A Divorce Lawyer Explains Parental Alienation Syndrome

Although some parents manage to get through a divorce without firing a single “shot” at the other parent, others engage in all-out warfare both during the divorce process and long after the divorce is final. Sadly, it is frequently the children who end up as casualties of the war. When one parent is relentless in his/her animosity for the other parent, the child may end up suffering from “Parental Alienation Syndrome.”  A Tennessee divorce lawyer explains Parental Alienation Syndrome (PAS) so you know what to look for and what to do if you become concerned that your child is the victim of PAS

What Is Parental Alienation Syndrome?

Parental Alienation Syndrome (PAS) is a term coined back in the 1980’s by child psychiatrist Dr. Richard A. Gardner. PAS occurs when one parent attempts to turn the couple’s children against the other parent.  A parent who is angry at the spouse or ex-spouse accomplishes this estrangement by painting a negative picture of the other parent, makes derogatory comments about the parent, blames the other parent for the marriage not working, and making false accusations of all kinds that are shared with the children.  The goal is to discredit and sabotage the target parent in the eyes of the child in the hope that the child will eventually turn against the target parent. Unfortunately, the efforts of the alienating parent are often successful. An alienating parent may also hoard the kids, doing all they can to thwart the other parent’s attempts to have parenting time.

Sadly, parents frequently say things they shouldn’t about the other parent in front of the children and/or use the children to “get back at” the other parent. While conduct such as that is certainly not good for a child, PAS occurs when a parent takes that conduct a step further. Through systematic alienation, the alienating parent may slowly brainwash a child against the targeted parent to the point where the innocent child wants nothing more to do with the targeted parent at best, or grows to actively despise the parent at worst.

Although the American Psychological Association (APA) has officially claimed it has no official position on the existence or recognition of PAS for some time, that changed in 2016. In response to a petition entitled “New APA Position Statement: Some children are manipulated into rejecting a parent,” the APA admitted that it views PAS as child abuse.

How Does PAS Manifest Itself?

Behavior that may be indicative of Parental Alienation Syndrome can run the gamut; however, there are some common signs, including:

  • Interfering with the target parent’s parenting time with the child.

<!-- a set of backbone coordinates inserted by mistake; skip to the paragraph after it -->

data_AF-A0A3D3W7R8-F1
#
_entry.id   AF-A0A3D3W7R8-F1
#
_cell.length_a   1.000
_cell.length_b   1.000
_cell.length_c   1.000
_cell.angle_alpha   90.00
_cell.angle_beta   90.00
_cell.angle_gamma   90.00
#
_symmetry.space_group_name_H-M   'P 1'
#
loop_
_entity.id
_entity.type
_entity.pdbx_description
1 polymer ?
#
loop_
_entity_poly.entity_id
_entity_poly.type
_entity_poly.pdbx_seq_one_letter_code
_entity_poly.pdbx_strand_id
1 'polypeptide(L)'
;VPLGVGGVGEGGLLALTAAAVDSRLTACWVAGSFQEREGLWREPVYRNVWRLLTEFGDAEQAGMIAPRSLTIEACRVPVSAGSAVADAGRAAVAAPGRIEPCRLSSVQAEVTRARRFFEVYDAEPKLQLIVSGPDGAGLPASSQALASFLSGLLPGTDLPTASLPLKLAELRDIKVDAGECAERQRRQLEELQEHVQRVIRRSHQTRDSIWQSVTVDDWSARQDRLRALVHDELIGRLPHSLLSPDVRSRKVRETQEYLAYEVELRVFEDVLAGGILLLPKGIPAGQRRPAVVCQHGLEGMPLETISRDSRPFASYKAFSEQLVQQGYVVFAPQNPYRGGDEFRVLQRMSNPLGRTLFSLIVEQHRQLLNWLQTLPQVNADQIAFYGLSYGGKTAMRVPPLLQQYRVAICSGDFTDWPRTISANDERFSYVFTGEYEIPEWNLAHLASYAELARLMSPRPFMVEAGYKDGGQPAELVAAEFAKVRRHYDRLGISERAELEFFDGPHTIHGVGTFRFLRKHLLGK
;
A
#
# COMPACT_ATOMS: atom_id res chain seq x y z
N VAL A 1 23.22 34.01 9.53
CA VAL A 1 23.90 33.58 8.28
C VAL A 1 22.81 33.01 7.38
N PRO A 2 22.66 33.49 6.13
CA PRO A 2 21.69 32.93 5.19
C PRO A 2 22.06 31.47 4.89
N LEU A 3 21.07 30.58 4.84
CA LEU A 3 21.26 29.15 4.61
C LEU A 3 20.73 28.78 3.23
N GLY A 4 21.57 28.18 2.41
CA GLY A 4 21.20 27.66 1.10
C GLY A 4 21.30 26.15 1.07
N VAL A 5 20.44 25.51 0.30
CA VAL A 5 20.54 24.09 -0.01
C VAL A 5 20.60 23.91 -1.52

• Depriving the target parent of information relating to educational, medical and social activities of the child and excluding or not informing the target parent of all of the school, medical, social activities of the child.
  • Discussing the marital relationship with the child in an inappropriate way, including providing false information to the child, all the while claiming it is in the interest of being “honest” with the child.
  • Blaming the target parent for breaking up the family and/or inferring that the target parent did not love the child enough to stay, the goal being to make the child angry at the target parent.
  • Interfering with, or not supporting, contact between the child and the target parent. Listening to telephone conversations or reading all emails, texting, or correspondence between the child and target parent.
  • Making major unilateral decisions regarding the child without consulting the target parent.
  • Refusing to let the child take his/her possessions to the target parent’s residence.

What Can You Do If You Suspect Your Child Is the Victim of PAS?

A child suffering from PAS may suffer from lifelong emotional scars as a result. The child may grow to distrust both parents and have problems trusting all adults as a result. If you suspect that your child’s other parent is subjecting your child to more than the occasional snide comment or juvenile response to issues or situations, it is in your child’s best interest, as well as yours, to act swiftly and strongly. Do not wait in the hope that the situation will get better – it rarely does. On the contrary, it is likely to continue to get worse without intervention. If you are able to do so, get your child to a mental health professional immediately and consult with an experienced divorce lawyer about your legal options.

Contact a Tennessee Divorce Lawyer

If you are worried that your child is the victim of Parental Alienation Syndrome, it is in your best interest to consult with an experienced Tennessee divorce lawyer at Bennett, Michael & Hornsby as soon as possible. Contact the team today by calling 615-898-1560 to schedule your appointment.

Dinah Michael